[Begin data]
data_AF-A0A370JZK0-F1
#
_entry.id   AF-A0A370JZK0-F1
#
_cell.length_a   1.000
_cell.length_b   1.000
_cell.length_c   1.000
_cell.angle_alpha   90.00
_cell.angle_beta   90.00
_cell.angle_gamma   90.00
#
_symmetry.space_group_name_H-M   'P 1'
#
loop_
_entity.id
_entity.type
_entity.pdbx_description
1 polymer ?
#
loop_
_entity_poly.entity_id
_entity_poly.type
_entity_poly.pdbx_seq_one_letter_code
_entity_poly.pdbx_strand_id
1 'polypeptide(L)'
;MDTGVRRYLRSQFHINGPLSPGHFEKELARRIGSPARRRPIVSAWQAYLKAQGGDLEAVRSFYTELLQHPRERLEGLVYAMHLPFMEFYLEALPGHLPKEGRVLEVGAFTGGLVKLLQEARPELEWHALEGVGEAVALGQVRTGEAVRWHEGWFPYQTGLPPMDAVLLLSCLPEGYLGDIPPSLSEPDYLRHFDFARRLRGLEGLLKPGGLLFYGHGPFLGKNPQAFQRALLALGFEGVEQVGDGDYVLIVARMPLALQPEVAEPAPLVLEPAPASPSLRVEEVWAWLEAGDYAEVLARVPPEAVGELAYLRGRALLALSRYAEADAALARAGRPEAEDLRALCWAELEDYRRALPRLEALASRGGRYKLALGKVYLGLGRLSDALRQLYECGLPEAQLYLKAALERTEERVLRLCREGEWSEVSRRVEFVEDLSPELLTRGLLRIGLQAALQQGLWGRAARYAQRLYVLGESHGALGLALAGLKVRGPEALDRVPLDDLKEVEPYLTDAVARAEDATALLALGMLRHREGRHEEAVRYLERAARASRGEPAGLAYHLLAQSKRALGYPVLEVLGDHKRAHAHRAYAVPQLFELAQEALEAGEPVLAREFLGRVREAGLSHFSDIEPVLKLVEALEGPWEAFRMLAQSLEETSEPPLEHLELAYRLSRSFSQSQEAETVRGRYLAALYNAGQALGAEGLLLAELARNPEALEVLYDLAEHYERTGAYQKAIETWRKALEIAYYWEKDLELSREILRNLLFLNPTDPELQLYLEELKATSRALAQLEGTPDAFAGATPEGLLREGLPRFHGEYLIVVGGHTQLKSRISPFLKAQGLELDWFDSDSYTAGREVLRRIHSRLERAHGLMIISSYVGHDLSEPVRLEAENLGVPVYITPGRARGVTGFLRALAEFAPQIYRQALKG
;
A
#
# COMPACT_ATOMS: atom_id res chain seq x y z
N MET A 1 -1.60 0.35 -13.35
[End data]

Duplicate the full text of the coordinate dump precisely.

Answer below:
data_AF-A0A370JZK0-F1
#
_entry.id   AF-A0A370JZK0-F1
#
_cell.length_a   1.000
_cell.length_b   1.000
_cell.length_c   1.000
_cell.angle_alpha   90.00
_cell.angle_beta   90.00
_cell.angle_gamma   90.00
#
_symmetry.space_group_name_H-M   'P 1'
#
loop_
_entity.id
_entity.type
_entity.pdbx_description
1 polymer ?
#
loop_
_entity_poly.entity_id
_entity_poly.type
_entity_poly.pdbx_seq_one_letter_code
_entity_poly.pdbx_strand_id
1 'polypeptide(L)'
;MDTGVRRYLRSQFHINGPLSPGHFEKELARRIGSPARRRPIVSAWQAYLKAQGGDLEAVRSFYTELLQHPRERLEGLVYAMHLPFMEFYLEALPGHLPKEGRVLEVGAFTGGLVKLLQEARPELEWHALEGVGEAVALGQVRTGEAVRWHEGWFPYQTGLPPMDAVLLLSCLPEGYLGDIPPSLSEPDYLRHFDFARRLRGLEGLLKPGGLLFYGHGPFLGKNPQAFQRALLALGFEGVEQVGDGDYVLIVARMPLALQPEVAEPAPLVLEPAPASPSLRVEEVWAWLEAGDYAEVLARVPPEAVGELAYLRGRALLALSRYAEADAALARAGRPEAEDLRALCWAELEDYRRALPRLEALASRGGRYKLALGKVYLGLGRLSDALRQLYECGLPEAQLYLKAALERTEERVLRLCREGEWSEVSRRVEFVEDLSPELLTRGLLRIGLQAALQQGLWGRAARYAQRLYVLGESHGALGLALAGLKVRGPEALDRVPLDDLKEVEPYLTDAVARAEDATALLALGMLRHREGRHEEAVRYLERAARASRGEPAGLAYHLLAQSKRALGYPVLEVLGDHKRAHAHRAYAVPQLFELAQEALEAGEPVLAREFLGRVREAGLSHFSDIEPVLKLVEALEGPWEAFRMLAQSLEETSEPPLEHLELAYRLSRSFSQSQEAETVRGRYLAALYNAGQALGAEGLLLAELARNPEALEVLYDLAEHYERTGAYQKAIETWRKALEIAYYWEKDLELSREILRNLLFLNPTDPELQLYLEELKATSRALAQLEGTPDAFAGATPEGLLREGLPRFHGEYLIVVGGHTQLKSRISPFLKAQGLELDWFDSDSYTAGREVLRRIHSRLERAHGLMIISSYVGHDLSEPVRLEAENLGVPVYITPGRARGVTGFLRALAEFAPQIYRQALKG
;
A
#
# COMPACT_ATOMS: atom_id res chain seq x y z
N MET A 1 -1.60 0.35 -13.35